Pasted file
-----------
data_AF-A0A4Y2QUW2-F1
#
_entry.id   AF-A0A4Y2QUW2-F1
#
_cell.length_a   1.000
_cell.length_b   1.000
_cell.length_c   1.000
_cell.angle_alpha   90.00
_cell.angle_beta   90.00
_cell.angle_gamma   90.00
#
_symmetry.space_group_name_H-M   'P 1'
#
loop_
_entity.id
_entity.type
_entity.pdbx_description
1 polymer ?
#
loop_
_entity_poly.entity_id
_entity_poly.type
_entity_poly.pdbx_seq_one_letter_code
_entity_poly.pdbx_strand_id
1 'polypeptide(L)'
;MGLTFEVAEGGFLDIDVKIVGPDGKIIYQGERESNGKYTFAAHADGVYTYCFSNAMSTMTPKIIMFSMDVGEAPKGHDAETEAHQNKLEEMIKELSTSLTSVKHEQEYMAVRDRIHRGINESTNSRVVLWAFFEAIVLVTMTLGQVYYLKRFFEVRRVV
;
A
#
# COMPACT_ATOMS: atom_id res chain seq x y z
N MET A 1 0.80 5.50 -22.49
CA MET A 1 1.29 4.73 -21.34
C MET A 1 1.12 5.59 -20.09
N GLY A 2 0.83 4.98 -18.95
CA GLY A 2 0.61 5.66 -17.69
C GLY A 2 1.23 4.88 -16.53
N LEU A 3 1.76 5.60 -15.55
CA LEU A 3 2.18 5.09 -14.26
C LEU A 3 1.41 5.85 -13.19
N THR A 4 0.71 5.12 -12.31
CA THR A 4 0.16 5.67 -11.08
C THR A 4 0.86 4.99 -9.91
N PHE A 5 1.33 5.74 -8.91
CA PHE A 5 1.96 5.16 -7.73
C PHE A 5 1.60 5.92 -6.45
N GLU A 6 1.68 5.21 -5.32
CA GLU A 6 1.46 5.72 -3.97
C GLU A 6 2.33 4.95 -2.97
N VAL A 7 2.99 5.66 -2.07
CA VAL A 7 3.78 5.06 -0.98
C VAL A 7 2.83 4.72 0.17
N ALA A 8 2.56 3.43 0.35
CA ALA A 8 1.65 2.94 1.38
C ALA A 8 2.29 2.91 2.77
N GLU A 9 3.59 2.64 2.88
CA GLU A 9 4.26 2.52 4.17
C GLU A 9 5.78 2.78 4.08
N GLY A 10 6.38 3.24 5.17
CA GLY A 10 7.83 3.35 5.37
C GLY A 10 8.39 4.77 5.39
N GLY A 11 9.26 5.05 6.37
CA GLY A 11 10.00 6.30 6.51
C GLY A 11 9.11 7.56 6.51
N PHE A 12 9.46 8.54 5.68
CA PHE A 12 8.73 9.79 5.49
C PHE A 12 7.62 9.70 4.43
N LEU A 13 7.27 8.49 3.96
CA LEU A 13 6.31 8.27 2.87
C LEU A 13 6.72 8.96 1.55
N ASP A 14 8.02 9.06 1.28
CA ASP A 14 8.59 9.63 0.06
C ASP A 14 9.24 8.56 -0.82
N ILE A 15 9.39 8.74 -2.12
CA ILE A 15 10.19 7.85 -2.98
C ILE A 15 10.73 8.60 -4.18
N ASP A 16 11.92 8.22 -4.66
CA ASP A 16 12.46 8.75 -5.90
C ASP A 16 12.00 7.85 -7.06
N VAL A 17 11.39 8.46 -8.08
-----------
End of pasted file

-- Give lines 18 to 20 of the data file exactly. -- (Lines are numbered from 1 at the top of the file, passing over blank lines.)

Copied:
1 polymer ?
#
loop_